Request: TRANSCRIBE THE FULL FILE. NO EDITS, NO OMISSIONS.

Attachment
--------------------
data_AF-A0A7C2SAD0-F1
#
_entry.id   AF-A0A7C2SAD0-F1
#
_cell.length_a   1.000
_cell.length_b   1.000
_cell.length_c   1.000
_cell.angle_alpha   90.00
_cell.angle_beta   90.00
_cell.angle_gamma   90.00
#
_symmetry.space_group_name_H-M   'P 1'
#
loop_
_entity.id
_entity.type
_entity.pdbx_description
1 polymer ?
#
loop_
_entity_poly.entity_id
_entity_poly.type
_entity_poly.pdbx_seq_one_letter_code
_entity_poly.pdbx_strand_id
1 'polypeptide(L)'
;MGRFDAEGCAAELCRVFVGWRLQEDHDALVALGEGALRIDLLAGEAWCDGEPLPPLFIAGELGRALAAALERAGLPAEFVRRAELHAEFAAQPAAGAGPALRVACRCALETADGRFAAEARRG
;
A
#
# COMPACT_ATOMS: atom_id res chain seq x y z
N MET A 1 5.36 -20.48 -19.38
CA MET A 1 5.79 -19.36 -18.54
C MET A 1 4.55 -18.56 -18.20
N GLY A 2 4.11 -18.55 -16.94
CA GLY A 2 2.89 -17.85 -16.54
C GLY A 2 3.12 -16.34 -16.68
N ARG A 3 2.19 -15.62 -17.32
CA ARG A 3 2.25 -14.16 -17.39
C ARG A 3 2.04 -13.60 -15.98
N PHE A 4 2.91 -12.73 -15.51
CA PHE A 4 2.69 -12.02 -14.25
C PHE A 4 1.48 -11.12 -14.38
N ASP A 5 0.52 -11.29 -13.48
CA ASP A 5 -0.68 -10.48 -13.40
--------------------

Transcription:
data_AF-A0A7C2SAD0-F1
#
_entry.id   AF-A0A7C2SAD0-F1
#
_cell.length_a   1.000
_cell.length_b   1.000
_cell.length_c   1.000
_cell.angle_alpha   90.00
_cell.angle_beta   90.00
_cell.angle_gamma   90.00
#
_symmetry.space_group_name_H-M   'P 1'
#
loop_
_entity.id
_entity.type
_entity.pdbx_description
1 polymer ?
#
loop_
_entity_poly.entity_id
_entity_poly.type
_entity_poly.pdbx_seq_one_letter_code
_entity_poly.pdbx_strand_id
1 'polypeptide(L)'
;MGRFDAEGCAAELCRVFVGWRLQEDHDALVALGEGALRIDLLAGEAWCDGEPLPPLFIAGELGRALAAALERAGLPAEFVRRAELHAEFAAQPAAGAGPALRVACRCALETADGRFAAEARRG
;
A
#
# COMPACT_ATOMS: atom_id res chain seq x y z
N MET A 1 5.36 -20.48 -19.38
CA MET A 1 5.79 -19.36 -18.54
C MET A 1 4.55 -18.56 -18.20
N GLY A 2 4.11 -18.55 -16.94
CA GLY A 2 2.89 -17.85 -16.54
C GLY A 2 3.12 -16.34 -16.68
N ARG A 3 2.19 -15.62 -17.32
CA ARG A 3 2.25 -14.16 -17.39
C ARG A 3 2.04 -13.60 -15.98
N PHE A 4 2.91 -12.73 -15.51
CA PHE A 4 2.69 -12.02 -14.25
C PHE A 4 1.48 -11.12 -14.38
N ASP A 5 0.52 -11.29 -13.48
CA ASP A 5 -0.68 -10.48 -13.40